Playing outside is not just about letting off steam. It is a vital part of childhood that helps children develop physical strength, coordination and balance. It can also provide opportunities for children to learn and develop:
Social Skills – when they play with other children they learn to communicate, share, collaborate and empathise with others.
Imagination and creativity – outside play is often open-ended and children need to be creative about what and how games are played.
Thinking and problem solving skills – as children assess risks and tackle new challenges they learn about having a go, persistence and perseverance and the success those attributes can bring.
Sense of self – as they master new skills and play with other children they improve their competence and confidence in their own physical and social abilities.
Sense of connection – to place, to peers and to their local community and environment.
Self care skills – managing physical and social challenges helps children to learn about keeping themselves safe.
To support these broad learning outcomes, play spaces should include areas for active, free, quiet, social, imaginative, creative, exploratory and natural play. By inviting children to use their own initiative, explore possibilities and take chances we can provide them with opportunities to learn. Remember your own childhood – where was your favourite place to play?
â€¢ MUSIC ADVENTURES
Did you know that 90% of a child’s brain is developed by the time they are 5 years old? That is why we believe music is so important in the lives of young children! Music sparks excitement and adventure in children, creating an optimal environment for learning, and promoting success in their musical experiences.
The Preschool Music and Movement Adventures program is taught at preschools & childcare centers in Forsyth, Iredell, Davie, Davidson Counties and surrounding areas.
â€¢ Classes Include:
â€¢ Instrument Playing
â€¢ Singing Games
â€¢ Rhythm Patterns
â€¢ Tonal Patterns
â€¢ Instrument Recognition by Sight & Sound
â€¢ Movement Games
â€¢ Musical Concepts
â€¢ ART ADVENTURES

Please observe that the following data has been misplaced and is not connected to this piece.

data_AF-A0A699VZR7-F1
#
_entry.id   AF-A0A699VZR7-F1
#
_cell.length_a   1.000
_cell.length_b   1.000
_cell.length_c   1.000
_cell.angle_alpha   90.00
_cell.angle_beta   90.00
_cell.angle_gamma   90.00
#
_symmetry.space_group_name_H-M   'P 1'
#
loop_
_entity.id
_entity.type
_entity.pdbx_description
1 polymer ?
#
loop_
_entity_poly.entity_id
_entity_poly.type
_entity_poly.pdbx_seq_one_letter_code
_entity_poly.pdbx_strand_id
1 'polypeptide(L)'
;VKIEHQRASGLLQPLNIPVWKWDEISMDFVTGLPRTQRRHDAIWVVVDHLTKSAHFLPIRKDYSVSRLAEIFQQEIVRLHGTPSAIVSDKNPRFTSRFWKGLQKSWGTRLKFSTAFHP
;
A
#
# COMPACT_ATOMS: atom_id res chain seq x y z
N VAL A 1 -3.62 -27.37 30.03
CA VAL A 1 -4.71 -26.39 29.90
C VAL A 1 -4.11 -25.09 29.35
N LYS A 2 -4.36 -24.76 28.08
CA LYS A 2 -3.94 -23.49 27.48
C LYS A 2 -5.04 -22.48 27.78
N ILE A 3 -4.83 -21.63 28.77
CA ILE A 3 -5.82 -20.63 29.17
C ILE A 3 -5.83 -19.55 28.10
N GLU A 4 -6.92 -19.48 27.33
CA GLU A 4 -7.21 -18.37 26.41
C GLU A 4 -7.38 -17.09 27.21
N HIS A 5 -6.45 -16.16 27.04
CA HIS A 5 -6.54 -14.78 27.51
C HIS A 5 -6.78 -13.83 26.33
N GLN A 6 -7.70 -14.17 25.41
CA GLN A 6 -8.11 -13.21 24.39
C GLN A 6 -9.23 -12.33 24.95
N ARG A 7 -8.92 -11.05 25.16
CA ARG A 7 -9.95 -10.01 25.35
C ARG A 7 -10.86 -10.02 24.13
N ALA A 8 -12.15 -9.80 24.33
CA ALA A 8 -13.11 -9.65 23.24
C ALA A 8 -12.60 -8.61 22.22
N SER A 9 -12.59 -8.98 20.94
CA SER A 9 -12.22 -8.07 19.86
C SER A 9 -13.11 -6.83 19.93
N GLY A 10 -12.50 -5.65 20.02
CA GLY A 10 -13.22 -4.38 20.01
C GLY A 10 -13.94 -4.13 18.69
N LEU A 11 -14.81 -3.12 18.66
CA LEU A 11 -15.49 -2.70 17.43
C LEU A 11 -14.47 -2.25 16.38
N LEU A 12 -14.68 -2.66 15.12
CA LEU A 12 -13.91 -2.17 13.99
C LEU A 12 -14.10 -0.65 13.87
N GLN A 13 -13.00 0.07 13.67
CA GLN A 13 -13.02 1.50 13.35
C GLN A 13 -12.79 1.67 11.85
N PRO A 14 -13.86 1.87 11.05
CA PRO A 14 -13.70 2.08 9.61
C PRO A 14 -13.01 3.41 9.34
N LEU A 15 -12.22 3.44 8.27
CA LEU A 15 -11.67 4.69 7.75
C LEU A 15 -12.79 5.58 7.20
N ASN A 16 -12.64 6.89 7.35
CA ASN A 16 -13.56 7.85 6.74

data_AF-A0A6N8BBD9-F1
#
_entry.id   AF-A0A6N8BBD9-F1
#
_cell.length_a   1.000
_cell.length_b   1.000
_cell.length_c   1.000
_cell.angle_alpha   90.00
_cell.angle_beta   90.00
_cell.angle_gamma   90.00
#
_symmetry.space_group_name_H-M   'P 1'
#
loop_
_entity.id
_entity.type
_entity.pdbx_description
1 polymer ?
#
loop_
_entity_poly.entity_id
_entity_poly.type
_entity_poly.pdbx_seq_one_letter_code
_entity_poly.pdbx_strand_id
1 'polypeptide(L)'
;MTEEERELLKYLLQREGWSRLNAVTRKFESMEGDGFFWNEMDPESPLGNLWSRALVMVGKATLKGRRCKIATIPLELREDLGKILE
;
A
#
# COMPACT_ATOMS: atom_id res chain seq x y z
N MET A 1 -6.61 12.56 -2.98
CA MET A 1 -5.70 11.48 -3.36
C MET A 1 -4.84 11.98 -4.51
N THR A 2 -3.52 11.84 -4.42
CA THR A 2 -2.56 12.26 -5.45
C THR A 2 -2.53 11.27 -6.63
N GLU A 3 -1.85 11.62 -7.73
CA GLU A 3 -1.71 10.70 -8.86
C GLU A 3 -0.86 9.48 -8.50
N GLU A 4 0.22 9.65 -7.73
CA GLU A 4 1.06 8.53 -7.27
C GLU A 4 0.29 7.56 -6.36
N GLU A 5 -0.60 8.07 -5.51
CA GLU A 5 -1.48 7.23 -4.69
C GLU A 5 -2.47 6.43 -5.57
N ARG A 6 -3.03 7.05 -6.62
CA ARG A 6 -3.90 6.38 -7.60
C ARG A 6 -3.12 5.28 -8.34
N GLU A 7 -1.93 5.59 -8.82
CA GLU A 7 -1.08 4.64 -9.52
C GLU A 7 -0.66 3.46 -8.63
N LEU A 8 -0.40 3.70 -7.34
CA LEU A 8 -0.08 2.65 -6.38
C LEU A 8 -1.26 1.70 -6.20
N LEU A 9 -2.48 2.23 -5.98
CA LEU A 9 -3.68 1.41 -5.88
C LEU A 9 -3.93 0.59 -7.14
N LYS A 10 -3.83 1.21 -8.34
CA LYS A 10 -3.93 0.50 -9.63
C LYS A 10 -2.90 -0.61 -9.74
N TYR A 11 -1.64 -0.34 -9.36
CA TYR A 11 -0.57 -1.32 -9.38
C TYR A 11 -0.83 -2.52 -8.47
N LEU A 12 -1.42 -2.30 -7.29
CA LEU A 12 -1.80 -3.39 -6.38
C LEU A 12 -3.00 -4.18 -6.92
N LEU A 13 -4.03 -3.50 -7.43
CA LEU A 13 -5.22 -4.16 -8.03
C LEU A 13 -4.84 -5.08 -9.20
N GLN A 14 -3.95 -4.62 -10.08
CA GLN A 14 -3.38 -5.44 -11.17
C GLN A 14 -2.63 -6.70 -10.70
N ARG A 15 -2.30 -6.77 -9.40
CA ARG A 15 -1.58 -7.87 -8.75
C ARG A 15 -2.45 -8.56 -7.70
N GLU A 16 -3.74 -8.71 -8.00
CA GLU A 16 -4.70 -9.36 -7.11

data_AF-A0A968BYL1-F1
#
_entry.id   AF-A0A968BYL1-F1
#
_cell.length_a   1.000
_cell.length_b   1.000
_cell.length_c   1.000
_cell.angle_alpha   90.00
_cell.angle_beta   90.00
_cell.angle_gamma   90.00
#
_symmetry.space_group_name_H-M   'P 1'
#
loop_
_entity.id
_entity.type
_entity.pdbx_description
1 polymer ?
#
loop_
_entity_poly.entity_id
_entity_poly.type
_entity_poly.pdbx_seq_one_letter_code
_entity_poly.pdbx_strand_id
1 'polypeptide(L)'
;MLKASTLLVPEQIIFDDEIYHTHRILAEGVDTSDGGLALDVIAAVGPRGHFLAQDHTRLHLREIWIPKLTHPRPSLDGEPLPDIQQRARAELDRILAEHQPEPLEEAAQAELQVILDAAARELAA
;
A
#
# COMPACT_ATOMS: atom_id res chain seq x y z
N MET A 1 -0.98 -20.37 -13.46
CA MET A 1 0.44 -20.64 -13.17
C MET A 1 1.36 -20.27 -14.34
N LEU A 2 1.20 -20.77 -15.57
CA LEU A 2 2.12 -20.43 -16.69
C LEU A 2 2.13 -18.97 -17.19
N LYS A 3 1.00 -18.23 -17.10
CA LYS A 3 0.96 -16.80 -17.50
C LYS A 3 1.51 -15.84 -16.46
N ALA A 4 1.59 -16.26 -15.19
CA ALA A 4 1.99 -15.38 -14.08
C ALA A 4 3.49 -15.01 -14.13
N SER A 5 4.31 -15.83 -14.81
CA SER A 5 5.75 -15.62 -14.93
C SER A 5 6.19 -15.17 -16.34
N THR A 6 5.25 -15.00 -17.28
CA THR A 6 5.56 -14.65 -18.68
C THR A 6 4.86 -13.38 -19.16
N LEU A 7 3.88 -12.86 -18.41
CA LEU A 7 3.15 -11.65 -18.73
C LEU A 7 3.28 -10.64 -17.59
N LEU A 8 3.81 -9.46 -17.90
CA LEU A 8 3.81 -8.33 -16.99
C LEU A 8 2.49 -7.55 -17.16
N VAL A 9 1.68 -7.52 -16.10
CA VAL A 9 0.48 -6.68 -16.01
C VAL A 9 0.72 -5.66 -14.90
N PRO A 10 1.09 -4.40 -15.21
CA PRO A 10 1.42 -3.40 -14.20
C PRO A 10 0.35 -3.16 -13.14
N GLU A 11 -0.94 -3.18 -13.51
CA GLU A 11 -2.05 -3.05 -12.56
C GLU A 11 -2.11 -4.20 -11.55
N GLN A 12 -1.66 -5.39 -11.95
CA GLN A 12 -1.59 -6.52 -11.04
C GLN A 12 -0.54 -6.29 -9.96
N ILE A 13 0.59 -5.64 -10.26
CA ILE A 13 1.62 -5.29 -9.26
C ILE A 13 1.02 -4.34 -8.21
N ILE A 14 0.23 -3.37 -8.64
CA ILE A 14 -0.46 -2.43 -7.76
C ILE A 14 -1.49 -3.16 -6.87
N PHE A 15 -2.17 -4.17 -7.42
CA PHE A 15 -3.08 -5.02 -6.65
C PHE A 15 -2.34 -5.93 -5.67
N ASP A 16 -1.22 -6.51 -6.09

â€¢ In recent years, school curricula in the United States have shifted heavily toward common core subjects of reading and math, but what about the arts? Although some may regard art education as a luxury, simple creative activities are some of the building blocks of child development. Learning to create and appreciate visual aesthetics may be more important than ever to the development of the next generation of children as they grow up.
â€¢ Motor Skills: Many of the motions involved in making art, such as holding a paintbrush or scribbling with a crayon, are essential to the growth of fine motor skills in young children. According to the National Institutes of Health, developmental milestones around age three should include drawing a circle and beginning to use safety scissors. Around age four, children may be able to draw a square and begin cutting straight lines with scissors. Many preschool programs emphasize the use of scissors because it develops the dexterity children will need for writing.
â€¢ Language Development: For very young children, making artâ€”or just talking about itâ€”provides opportunities to learn words for colors, shapes and actions. When toddlers are as young as a year old, parents can do simple activities such as crumpling up paper and calling it a â€œball.â€ By elementary school, students can use descriptive words to discuss their own creations or to talk about what feelings are elicited when they see different styles of artwork.
â€¢ Decision Making: According to a report by Americans for the Arts, art education strengthens problem-solving and critical-thinking skills. The experience of making decisions and choices in the course of creating art carries over into other parts of life. â€œIf they are exploring and thinking and experimenting and trying new ideas, then creativity has a chance to blossom,â€ says MaryAnn Kohl, an arts educator and author of numerous books about childrenâ€™s art education.